Last Thursday, Visual Arts Mississauga hosted its 39th Annual Juried Show of Fine Arts at the Art Gallery of Mississauga. There were 201 submissions in total, from which 38 became finalists.
Terri Jenkins-Bricel, a member of the Board of Directors, explains how a tremendous amount of organization goes into running an event of this calibre. Everything must be planned and thought through well in advance of the event, such as coordinating staff and volunteers, hanging and strategically positioning the art pieces for the most visual impact, arranging guest speakers, deciding what refreshments will be offered, and so on.
When asked what criteria must be met by the artists in order to be a finalist, curatorial and collections coordinator Laura Carusi explains that as long as the finalists are residing in Ontario and submit their work before the deadline, they are eligible. She added that anyone from the emerging, the mid-career, and the established levels are welcome.
The different styles of art in this exhibition are notable as you walk through. It’s not about simply putting ink to paper or brush to canvas; many artists used material, such as embroidery on a t-shirt, different forms of mixed media images pieced together, and even wool, steel, and wood to make sculptures. Artists also used acrylic, oil, and watercolour on canvas or paper. All of the pieces were extremely powerful, as they raised major issues of racism, religion, sexism, and media—to name a few.
The most untraditional and unique form of art was the HD video created by Shazia Javed. The jury voted Javed first place for her video titled “Can You Hear Me?” and set in Mississauga. Javed’s main source of inspiration was the lack of acceptance and the negativity that surround women in the modern day world.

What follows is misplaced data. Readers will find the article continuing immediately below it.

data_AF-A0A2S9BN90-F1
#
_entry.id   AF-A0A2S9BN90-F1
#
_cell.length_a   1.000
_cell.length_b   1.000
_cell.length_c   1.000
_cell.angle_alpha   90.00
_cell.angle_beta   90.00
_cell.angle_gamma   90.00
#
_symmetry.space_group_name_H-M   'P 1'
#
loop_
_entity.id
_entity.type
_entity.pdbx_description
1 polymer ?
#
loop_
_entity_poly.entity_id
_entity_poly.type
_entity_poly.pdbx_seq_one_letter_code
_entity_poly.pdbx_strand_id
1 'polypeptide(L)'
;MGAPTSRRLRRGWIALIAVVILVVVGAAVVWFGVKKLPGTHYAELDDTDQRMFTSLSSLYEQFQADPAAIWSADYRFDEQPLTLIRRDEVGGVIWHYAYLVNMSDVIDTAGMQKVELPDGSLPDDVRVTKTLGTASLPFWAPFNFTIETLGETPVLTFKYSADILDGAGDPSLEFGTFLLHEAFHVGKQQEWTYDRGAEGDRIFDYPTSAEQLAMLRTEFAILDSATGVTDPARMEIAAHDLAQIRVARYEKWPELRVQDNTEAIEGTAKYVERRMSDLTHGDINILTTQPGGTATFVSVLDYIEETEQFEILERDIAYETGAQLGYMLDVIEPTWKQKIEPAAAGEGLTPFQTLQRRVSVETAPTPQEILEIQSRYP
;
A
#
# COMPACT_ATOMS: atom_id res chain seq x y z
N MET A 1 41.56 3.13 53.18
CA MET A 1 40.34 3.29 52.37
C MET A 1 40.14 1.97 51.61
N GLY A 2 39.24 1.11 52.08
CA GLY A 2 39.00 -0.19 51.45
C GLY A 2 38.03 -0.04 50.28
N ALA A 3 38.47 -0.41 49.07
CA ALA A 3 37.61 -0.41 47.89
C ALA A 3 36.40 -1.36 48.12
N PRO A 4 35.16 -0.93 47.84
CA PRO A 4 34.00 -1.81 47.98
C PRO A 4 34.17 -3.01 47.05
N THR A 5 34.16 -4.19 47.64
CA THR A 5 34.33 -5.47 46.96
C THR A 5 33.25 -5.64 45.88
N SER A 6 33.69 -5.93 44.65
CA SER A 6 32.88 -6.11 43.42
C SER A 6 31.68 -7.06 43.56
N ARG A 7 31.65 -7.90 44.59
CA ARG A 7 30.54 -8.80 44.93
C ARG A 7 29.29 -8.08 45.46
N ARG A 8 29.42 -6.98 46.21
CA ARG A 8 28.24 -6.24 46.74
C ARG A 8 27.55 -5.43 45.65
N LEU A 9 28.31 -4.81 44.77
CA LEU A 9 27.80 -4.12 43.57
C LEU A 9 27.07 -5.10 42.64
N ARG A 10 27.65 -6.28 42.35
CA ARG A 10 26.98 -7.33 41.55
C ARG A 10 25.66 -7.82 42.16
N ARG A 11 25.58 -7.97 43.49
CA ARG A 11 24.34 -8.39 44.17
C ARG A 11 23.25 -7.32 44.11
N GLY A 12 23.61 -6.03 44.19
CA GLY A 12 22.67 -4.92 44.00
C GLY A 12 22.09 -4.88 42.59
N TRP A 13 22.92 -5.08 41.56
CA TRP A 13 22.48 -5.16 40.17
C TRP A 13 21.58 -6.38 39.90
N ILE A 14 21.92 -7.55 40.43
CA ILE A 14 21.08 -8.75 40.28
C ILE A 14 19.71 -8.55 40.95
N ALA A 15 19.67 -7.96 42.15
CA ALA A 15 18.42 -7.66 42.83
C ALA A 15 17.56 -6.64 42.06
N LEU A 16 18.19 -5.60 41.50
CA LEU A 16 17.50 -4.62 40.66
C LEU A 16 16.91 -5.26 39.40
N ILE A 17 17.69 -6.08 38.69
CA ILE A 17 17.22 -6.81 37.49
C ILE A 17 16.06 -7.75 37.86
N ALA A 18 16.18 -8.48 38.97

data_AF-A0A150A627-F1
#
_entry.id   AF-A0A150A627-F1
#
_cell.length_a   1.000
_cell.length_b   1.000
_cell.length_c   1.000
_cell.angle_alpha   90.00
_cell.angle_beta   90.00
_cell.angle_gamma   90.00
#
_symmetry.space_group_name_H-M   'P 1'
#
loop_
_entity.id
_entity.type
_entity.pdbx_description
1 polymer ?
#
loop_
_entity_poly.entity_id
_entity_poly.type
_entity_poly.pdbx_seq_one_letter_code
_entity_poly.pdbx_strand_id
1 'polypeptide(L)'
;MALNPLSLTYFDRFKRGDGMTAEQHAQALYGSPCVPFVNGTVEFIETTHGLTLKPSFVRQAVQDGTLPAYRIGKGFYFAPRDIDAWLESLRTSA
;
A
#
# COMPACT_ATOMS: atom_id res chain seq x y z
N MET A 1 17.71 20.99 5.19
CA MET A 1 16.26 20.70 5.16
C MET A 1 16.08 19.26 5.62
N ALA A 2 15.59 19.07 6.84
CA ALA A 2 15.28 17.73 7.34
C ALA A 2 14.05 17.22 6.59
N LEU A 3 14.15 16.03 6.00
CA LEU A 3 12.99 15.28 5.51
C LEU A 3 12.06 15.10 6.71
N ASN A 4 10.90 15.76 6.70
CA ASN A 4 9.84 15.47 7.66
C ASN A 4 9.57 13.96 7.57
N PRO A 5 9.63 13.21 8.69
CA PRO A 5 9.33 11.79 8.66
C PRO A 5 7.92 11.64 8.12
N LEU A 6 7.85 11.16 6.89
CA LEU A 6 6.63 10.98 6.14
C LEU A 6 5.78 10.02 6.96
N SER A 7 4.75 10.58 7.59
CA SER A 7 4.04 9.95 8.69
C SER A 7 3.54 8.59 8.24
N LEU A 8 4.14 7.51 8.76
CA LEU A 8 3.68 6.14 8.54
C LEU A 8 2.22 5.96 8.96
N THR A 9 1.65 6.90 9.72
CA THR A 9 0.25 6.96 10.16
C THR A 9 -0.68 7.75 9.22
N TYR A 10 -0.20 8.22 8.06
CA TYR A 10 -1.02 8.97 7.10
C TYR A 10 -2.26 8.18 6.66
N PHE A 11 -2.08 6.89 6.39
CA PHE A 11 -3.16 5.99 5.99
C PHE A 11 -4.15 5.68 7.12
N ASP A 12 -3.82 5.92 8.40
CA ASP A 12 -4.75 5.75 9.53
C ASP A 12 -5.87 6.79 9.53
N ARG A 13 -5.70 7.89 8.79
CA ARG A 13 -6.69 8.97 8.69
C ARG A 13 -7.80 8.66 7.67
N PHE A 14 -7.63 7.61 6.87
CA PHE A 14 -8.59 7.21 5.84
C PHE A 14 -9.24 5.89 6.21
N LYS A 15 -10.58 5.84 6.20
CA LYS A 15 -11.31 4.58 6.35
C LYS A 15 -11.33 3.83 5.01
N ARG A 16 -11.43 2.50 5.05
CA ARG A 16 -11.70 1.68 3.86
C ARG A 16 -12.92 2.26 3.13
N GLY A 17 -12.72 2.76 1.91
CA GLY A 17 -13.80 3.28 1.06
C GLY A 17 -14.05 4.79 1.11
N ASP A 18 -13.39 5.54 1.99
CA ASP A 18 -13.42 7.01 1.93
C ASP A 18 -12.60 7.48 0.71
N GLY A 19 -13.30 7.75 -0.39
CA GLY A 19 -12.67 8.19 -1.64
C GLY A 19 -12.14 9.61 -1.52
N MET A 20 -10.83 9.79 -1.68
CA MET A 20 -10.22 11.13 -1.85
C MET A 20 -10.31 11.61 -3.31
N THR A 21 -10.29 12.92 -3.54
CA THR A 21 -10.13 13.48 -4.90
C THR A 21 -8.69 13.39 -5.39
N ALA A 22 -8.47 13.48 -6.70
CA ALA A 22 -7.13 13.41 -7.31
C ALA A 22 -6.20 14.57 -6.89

The video begins with a woman repeating the phrase, “Can you hear me?” several times. When no one hears her, she leaves and returns wearing a hijab. She repeats the same phrase. Still, no one hears her. Frustrated, the woman leaves and returns wearing a burqa. Once again, she repeats the phrase, “Can you hear me?” No one hears.
At the end of the video, the screen is blank. The audience can hear the sound of a razor (which represents the shaving of the woman’s head) and a voice saying “Can you hear me?”
According to Javed, this conclusion symbolizes a rebellion. It poses the question, “What else do you want me to do?” The woman has rid herself of her hair, so there is nothing left to focus your attention on—just the sound of her voice.
Javed’s video expresses the idea that people are often unable to see past the outer appearance of a woman. The message creates a powerful work of art applicable to both men and women. “Can You Hear Me?” voices an issue that many women must endure in their everyday lives.
The 39th Annual Juried Show of Fine Arts is on display at the Art Gallery of Mississauga until February 18.